Post by blockandtackle on May 13, 2019 12:06:00 GMT -6
What does "from scratch" mean here?
Is this a brand new program at an established school?
A brand new school consolidated from existing schools with grades 9-12?
A brand new school that's only going to start with a freshman class?
A brand new co-op program for homeschool kids or kids from different schools?
Each one of those looks very, very different.
Now, if you're assuming a new program at a place with zero football tradition or experienced players, here's what I'd do:
Year 1 would be to insure facilities are ready, get all the equipment/logistics/sponsors together, establish files for book keeping, and lay a foundation via engaging/fundraising with the community. This is all the boring administrative stuff that nobody really likes doing, but needs to be done and will take time. No games yet. Not even more than 1-2 coaches yet, ideally. Focus a lot on that community and the feeder system before you ever have a team. This is where you're going to be doing most of the "from scratch" work.
Year 2 would be where the football starts. Hire assistant coaches, open play with a short JV schedule* (maybe 6-8 games), and start lifting--I put start lifting here, but you obviously would like to have kids lifting before the games--hard to do without a team, though. This is where you start building your culture, as well as create the booster club and doing team fundraisers. Make sure the JV games have a varsity feel as much as possible and that your weightroom is on lockdown. Keep everything very, very simple for kids with no experience. Emphasize having fun and building the culture with the kids.
*If you have juniors and seniors in your school already, you should probably go straight to varsity games, but it won't be pretty. Try to do whatever it takes to schedule the worst teams you can find so you can have some competitive games.
Year 3 would be another JV schedule, but this time make it 9-10 games. If there's something you still need but haven't been able to build/acquire in years 1-2, do it now. Keep building that culture via the weightroom and coming up with traditions and rituals for the kids to do.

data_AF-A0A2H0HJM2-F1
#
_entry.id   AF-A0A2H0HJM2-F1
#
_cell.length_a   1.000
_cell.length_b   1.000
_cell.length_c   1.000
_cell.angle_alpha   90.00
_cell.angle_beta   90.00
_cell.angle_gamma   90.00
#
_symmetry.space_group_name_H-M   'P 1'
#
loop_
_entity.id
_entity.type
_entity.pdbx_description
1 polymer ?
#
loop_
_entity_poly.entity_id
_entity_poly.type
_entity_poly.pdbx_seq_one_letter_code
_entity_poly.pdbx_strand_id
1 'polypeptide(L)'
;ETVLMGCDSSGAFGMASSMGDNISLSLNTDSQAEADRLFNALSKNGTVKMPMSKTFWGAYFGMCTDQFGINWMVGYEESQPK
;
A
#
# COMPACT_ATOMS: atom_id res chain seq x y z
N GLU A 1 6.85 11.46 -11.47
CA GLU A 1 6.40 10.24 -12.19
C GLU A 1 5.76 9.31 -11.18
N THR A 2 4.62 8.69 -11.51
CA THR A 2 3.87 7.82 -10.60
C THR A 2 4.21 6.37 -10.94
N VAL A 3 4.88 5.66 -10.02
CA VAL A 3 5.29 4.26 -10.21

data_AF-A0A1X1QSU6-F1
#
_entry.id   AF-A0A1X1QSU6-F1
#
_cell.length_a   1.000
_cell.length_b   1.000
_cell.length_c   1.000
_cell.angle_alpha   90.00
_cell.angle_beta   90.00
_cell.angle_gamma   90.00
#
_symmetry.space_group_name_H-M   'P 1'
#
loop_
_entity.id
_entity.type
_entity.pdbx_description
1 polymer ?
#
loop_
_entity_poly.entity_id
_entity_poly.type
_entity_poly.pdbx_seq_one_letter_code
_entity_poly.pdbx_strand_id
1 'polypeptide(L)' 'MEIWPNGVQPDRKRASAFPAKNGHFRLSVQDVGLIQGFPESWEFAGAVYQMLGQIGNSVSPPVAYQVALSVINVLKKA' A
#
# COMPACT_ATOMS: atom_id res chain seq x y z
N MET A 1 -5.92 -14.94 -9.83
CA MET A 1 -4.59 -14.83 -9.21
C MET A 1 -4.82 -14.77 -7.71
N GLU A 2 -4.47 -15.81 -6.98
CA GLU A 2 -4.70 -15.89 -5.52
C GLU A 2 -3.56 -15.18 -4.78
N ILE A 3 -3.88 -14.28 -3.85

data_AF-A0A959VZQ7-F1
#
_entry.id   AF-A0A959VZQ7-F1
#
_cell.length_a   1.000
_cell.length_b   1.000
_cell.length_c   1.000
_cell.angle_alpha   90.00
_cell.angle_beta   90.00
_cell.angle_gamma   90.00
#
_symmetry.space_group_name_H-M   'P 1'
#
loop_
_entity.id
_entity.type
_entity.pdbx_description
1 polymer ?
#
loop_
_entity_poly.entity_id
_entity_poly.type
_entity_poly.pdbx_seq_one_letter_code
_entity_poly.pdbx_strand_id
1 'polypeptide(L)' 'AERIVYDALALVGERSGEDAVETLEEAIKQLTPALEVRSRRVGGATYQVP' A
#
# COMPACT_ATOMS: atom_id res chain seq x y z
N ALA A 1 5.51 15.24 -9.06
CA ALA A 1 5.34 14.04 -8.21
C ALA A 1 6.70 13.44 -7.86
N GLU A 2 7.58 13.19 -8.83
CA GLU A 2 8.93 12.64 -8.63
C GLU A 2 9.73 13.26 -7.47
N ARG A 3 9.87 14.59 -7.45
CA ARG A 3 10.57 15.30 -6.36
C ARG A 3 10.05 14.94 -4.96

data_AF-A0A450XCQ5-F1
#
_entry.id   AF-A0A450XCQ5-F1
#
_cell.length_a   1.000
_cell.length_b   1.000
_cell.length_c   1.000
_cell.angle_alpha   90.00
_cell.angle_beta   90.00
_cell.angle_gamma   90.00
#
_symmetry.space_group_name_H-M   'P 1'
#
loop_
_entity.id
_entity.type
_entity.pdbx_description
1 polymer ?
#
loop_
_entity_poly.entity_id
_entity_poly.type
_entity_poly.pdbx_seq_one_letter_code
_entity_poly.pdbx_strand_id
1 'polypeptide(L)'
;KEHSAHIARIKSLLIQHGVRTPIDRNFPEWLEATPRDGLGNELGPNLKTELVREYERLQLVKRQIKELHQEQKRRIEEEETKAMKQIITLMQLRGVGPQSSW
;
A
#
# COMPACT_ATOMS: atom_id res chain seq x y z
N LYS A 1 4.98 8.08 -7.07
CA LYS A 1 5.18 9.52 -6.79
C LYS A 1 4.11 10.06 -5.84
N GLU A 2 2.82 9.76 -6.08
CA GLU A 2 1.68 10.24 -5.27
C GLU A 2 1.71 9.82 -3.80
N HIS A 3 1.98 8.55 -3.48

Year 4 would ideally be the first varsity game with all the fanfare that should warrant. Make the home games something special for everyone on the team and in the community. Establish pre-game stuff for fans and players alike and really promote this hard. Schedule as many bad/beatable teams as possible, because you're probably still going to suck.
Year 5 is probably too far out (5 year plans never work for a reason) but the goal there would be to have a winning season if you haven't already done so.
Post by Colonel Perry on May 14, 2019 14:37:05 GMT -6
We had a school in Cleveland start a new program in 2010 and they played a junior varsity schedule their first year, then a full varsity schedule the following season. They were set up for failure because it was forced on them because two schools had closed down and the league wanted to save their budget.
Make sure you link up with middle school students who falls into the "athlete" category. And build bonds with youth football coaches who are capable of a true feeder system.
Invite them and those kids to the games and team functions, and keep promoting your philosophy!!
Having been in on starting two programs from scratch ( both new schools ), I think that you have to start with you. Too many times we coaches put the cart before the horse. You need to know what you're good at and what you aren't . Surround yourself with people who complete you. Maybe these aren't even football people. Are they Teachable and Trustable? All else flows from those two attributes.
Next write down one or three things that you want people to say about your program and begin to move toward those goals. Look at programs you admire and ask how they do things. Get the nitty gritty stuff like how do they pick a Parent's club president and who does their T shirts. Find out which schools have a reputation for excellence and go visit them.
The biggest "football" thing for me would be to get your staff on the same page way early. The coaches met biweekly starting in January before our first spring practice knowing would have no juniors or seniors. We knew we were going to be a JV going against the big kids and we coached up our coaches first and then recruited the halls and other sports rosters. We showed film clips at lunch and got the "older kids" into a meeting to pick out the uniforms. We knew we were gonna take our lumps and we reveled in it.
Next we did no huddle with wrist bands which was new for the area and ran some teams ragged using inferior athletes who were in better shape. We went 5-5 and got blown out in the first round by a perennial powerhouse. That year set the bar and we have only missed the playoffs one time in 11 years. We don't beat ourselves up in practice and we lift during the game schedule. Other than that I can't think of any advice...